Bulgarian President Raises Concern over Political Stability
Bulgaria's President Rosen Plevneliev on Sunday voiced his concern about the future of the judicial reform and its real impact on people, days after Justice Minister Hristo Ivanov resigned over Parliament's move to amend the reform.
In an interview with Darik Radio, he acknowledged that, after having appointed two interim governments since 2011, he was not keen to do that for a third time.
His words come as junior coalition partner Reformist Bloc is to discuss on Tuesday its participation in the government following Ivanov's decision to step down.
Plevneliev, however, made clear he was ready to act again if the government resigned, as it did in 2013 and 2014.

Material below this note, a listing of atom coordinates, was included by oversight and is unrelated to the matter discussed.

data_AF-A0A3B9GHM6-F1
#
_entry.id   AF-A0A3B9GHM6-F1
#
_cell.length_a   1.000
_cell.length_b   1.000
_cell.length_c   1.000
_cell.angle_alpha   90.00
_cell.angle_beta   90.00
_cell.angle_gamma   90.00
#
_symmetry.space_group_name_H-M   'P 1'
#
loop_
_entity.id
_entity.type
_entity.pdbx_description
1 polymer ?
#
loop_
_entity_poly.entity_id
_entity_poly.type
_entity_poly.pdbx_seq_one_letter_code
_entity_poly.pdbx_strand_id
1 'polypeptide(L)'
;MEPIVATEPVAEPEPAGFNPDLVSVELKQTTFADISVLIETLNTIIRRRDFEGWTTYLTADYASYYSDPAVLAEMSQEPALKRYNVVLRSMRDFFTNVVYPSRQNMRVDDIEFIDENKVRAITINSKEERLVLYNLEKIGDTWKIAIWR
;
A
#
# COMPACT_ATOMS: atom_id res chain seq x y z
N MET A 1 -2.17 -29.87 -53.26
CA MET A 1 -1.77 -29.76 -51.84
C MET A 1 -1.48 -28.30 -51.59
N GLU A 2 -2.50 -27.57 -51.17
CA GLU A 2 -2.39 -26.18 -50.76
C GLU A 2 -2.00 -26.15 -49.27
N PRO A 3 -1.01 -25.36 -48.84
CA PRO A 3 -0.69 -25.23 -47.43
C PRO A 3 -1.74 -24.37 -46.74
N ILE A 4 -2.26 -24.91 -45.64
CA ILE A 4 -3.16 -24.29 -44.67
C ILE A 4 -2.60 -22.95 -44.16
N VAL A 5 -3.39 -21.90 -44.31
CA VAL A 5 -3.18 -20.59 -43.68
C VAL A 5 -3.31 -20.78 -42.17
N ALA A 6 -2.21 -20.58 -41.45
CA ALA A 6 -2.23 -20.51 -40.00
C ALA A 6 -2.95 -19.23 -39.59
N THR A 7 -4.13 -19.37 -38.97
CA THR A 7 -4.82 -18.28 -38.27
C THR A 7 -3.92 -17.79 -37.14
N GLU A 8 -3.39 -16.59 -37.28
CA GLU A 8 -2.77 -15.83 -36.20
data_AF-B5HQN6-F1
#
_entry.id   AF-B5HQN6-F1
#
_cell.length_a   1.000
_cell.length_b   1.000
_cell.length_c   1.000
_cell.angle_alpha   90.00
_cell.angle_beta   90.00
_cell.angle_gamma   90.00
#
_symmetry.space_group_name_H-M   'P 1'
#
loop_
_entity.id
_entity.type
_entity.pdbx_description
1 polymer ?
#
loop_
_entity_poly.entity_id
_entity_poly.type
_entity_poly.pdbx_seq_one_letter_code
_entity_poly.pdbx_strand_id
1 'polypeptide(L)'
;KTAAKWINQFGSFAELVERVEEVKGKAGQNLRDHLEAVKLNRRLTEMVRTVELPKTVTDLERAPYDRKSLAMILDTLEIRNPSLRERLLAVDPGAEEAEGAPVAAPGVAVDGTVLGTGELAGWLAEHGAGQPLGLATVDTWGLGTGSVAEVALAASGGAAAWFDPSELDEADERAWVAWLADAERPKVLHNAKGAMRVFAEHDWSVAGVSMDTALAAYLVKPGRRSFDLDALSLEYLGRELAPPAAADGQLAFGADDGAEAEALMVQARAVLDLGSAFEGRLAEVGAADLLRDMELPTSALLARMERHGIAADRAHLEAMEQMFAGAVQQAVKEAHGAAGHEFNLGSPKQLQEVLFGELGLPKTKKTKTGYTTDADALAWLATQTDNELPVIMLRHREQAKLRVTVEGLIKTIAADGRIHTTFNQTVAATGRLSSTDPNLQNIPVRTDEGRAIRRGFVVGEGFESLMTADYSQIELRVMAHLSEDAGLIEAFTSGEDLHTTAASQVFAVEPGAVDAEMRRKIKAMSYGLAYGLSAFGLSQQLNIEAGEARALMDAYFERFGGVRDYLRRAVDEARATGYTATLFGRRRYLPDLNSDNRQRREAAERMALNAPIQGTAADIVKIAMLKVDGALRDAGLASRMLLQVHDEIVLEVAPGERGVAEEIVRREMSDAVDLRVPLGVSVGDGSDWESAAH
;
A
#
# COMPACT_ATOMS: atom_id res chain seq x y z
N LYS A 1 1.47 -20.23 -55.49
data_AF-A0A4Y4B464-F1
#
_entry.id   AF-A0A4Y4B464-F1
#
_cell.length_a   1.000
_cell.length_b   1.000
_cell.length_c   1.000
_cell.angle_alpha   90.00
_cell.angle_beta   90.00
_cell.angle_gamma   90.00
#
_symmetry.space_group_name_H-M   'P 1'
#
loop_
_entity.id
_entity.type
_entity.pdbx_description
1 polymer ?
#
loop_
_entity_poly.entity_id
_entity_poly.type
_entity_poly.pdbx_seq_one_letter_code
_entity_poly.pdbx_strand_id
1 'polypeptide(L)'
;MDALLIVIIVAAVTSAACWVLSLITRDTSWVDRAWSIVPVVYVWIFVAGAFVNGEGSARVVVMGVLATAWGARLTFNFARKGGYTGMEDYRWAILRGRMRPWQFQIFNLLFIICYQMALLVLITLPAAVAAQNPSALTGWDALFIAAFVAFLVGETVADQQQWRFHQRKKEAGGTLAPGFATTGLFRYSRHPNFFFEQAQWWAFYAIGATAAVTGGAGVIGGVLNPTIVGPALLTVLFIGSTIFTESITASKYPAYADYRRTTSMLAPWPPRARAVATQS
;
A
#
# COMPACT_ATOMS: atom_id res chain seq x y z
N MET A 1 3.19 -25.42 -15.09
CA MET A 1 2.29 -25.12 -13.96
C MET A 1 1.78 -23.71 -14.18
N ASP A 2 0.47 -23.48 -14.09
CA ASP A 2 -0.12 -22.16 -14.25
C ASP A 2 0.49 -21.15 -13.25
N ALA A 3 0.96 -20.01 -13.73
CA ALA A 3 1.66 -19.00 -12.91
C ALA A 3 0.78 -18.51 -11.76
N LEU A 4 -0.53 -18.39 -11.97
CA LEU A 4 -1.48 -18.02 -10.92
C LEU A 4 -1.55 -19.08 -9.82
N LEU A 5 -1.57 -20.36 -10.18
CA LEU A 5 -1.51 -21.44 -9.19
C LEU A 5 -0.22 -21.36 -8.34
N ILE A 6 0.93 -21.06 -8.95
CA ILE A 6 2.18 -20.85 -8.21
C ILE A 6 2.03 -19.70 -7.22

He also warned the adopted judicial reform, which fell short of Ivanov's demand to reduce the influence of the prosecuting authority on the judiciary and to make it more accountable before Parliament, was not "the big and deep reform we hoped for".
Commenting on his plans for the presidential elections that are due next year, Plevneliev said it was "early" for him to announce his plans.
Speculation has been mounting over whether Plevneliev is intending to run for a second term.
"When the moment comes for me to be frank with the people, I will come out and will do it," he asserted.
Plevneliev, who had been the proponent and most fervent advocate of a referendum on voting rules, urged Parliament to take the the poll's result into account.
An overwhelming majority voted in October for the introduction of online voting.
However, turnout was below a threshold that would make the result binding on Parliament. Lawmakers are instead obligated to hold a vote.
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